While economists and politicians have celebrated the opening of the trans-Tasman bubble and its promised relief for struggling businesses, it’s also a reminder of something we’ve missed for more than a year now due to the pandemic: the ability to gather and collectively remember the past.
In recent weeks, Muslim New Zealanders have come together to mourn the victims of the March 15 shootings, iwi and hapū have held commemorative services at various New Zealand Wars battle sites, and churches were able to observe Easter.
This Sunday also marks the full return of the country’s most prominent day of remembrance. After widespread cancellations in 2019 due to the Christchurch terror attacks, and in 2020 because of the COVID-19 lockdown, many of this year’s Anzac ceremonies will be the first in over two years.
The revival of these commemorations points to a paradox. Shared memories connect us and our families to collective identities. But they are also a chance to interrogate and adapt. On commemorative days and festivals, we ask ourselves: ko wai tātou? Who are we all together?www.shutterstock.com
Potent acts of belonging
The theme of Māori Television’s 2021 Anzac programming – Te Rongo Toa, The Victory of Peace – seems appropriate for the national mood, even as the pandemic continues to thrash the international community.
My research on Māori Television’s remembrance programs since its inaugural, all-day broadcast in 2006 – Nā Rātou, Mō Tātou, Let’s Honour Them, Together – shows how the broadcaster has reflected the way diverse New Zealanders experience commemoration, neither glorifying military violence nor fixating on an enemy “other” from which to construct our own national identity.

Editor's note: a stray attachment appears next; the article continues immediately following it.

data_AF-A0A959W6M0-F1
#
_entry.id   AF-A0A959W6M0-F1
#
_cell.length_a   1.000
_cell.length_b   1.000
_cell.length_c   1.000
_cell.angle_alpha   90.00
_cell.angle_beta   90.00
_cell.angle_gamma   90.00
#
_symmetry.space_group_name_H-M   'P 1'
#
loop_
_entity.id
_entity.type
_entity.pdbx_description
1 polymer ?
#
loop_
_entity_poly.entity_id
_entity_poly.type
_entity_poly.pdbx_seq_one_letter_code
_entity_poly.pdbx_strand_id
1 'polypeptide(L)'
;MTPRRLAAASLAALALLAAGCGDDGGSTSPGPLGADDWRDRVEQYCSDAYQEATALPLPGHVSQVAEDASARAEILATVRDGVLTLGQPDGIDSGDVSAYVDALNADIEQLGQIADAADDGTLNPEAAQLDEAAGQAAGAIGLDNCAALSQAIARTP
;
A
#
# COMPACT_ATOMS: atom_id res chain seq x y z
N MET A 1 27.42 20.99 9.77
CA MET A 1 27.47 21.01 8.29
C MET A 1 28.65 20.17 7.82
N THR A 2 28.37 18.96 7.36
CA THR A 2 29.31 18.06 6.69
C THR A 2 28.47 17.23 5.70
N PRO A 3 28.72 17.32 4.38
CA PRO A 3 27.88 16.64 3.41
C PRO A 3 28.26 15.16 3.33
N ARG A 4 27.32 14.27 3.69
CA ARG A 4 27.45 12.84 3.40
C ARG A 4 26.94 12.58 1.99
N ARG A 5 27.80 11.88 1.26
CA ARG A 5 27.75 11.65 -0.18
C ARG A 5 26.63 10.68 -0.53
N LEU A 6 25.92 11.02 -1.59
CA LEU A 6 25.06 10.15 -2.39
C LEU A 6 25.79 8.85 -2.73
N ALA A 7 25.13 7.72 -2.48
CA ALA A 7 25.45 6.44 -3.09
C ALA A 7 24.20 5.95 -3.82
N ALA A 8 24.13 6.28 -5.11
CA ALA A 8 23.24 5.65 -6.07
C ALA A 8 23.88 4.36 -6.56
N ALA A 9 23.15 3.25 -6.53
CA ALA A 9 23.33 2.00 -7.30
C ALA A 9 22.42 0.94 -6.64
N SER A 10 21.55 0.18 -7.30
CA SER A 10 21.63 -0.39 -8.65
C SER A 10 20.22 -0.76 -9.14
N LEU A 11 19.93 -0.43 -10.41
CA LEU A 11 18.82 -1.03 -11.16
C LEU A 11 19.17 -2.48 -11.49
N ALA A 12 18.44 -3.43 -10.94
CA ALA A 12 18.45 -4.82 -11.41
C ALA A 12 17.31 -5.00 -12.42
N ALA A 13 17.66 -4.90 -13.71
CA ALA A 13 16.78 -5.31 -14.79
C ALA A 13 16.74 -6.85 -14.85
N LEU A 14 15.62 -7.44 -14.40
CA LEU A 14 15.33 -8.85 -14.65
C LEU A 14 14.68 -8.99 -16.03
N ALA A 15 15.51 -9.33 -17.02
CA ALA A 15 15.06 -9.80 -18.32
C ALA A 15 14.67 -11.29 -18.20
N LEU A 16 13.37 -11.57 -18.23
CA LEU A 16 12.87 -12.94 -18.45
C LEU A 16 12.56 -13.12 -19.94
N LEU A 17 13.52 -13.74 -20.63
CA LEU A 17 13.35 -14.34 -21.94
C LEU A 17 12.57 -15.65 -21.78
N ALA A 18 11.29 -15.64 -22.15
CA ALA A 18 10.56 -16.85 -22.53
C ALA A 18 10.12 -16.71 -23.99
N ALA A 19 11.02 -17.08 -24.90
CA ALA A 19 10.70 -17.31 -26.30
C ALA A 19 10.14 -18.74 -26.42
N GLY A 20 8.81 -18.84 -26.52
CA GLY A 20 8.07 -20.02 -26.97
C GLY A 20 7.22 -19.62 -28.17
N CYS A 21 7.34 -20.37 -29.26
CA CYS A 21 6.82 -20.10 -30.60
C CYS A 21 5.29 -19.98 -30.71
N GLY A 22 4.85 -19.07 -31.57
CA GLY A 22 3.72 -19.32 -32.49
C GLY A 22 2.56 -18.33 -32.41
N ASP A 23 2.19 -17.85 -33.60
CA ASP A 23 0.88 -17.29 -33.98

Instead, the laying of a parekawakawa (mourning wreath) by individuals and groups has been one of our most potent acts of belonging. Many participants in the dawn service will wear the medals of their grandparents, a link to a shared past.
And the recent gifting of medals to Māori Battalion whānau points to the ways these small, factory-produced pieces of metal become, through the invocation of collective memory, powerful signs of mana. The importance of Anzac commemoration extends far beyond the rituals of April 25.
Waves of change
The disruption of the pandemic arrived just after the WWI centenary, which saw the largest, most expensive commemorative project ever organised by the New Zealand government. Bumper crowds attended at Anzac Cove in Turkey, dawn services and RSA celebrations across New Zealand and Australia.
But as Australian historian Romain Fathi has pointed out, this high point was swiftly followed by a decline in Anzac Day attendance. Fathi asks whether this lull is an opportunity to rethink the tightly coiled focus of Anzac nationhood, noting the day itself has undergone waves of change in the past century.
New Zealand’s Anzac history shows this, too. To mark the first anniversary of the Gallipoli landing in 1916, for example, the Maunsell family raised the Tīnui cross in the Wairarapa. One of New Zealand’s earliest WWI memorials, it provided a focal point to make sense of the ongoing violence, but also to signal this was a sacrifice that would echo in the landscape itself.